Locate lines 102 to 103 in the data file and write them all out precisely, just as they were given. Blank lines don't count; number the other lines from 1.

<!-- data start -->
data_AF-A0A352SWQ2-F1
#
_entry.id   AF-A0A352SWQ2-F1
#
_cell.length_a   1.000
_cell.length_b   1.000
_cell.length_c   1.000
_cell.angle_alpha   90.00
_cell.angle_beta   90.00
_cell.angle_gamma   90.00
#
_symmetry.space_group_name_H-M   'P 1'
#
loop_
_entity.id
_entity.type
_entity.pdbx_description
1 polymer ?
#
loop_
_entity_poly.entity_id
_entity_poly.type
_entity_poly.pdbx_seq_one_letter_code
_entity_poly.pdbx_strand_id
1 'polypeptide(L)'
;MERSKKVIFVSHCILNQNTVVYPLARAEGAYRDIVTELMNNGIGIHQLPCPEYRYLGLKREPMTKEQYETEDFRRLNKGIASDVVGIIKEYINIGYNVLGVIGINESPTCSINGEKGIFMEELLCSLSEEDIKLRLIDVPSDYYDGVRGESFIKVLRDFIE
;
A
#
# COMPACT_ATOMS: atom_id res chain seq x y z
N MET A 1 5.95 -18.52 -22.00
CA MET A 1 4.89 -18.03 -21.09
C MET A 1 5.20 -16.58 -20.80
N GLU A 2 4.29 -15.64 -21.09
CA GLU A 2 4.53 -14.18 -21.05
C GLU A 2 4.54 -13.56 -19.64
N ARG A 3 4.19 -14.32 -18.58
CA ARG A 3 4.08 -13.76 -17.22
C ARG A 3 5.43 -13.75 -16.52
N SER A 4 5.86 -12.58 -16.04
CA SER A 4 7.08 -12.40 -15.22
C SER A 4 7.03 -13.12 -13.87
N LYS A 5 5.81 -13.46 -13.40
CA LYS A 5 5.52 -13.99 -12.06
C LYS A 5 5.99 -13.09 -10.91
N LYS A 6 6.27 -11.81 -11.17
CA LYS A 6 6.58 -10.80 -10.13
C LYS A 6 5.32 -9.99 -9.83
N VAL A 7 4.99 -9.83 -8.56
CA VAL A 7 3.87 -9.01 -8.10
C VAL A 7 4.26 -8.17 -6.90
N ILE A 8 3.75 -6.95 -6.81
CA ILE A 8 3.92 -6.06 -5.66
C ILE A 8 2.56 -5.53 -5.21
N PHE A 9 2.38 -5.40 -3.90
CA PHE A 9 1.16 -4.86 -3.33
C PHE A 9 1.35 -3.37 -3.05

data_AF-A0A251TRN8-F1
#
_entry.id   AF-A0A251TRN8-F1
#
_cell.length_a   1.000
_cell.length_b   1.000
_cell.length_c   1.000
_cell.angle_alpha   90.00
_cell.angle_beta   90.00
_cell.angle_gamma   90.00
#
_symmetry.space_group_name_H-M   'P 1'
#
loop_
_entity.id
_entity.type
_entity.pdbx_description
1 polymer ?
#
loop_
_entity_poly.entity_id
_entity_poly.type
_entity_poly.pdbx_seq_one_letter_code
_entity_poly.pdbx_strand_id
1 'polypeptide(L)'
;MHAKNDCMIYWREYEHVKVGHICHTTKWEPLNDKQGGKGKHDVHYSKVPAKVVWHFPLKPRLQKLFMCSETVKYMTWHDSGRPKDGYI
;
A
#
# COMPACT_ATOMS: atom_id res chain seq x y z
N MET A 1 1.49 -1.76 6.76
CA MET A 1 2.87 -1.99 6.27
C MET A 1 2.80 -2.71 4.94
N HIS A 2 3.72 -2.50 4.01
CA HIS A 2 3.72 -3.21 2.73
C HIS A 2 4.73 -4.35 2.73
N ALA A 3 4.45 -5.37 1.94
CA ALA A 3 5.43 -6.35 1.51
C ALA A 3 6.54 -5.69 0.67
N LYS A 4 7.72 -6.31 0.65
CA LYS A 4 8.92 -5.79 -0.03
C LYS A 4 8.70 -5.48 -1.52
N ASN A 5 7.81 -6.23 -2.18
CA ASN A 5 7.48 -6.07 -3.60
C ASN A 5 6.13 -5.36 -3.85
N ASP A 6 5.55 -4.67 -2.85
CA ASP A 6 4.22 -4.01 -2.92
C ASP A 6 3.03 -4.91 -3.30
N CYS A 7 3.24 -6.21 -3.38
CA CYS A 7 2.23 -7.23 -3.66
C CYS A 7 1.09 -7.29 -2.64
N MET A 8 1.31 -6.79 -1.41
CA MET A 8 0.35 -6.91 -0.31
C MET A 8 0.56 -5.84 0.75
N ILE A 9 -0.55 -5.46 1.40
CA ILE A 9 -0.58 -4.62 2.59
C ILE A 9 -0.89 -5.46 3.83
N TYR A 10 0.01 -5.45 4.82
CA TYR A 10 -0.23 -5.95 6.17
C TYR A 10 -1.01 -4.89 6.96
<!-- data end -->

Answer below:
C ASN A 5 6.13 -5.36 -3.85
N ASP A 6 5.55 -4.67 -2.85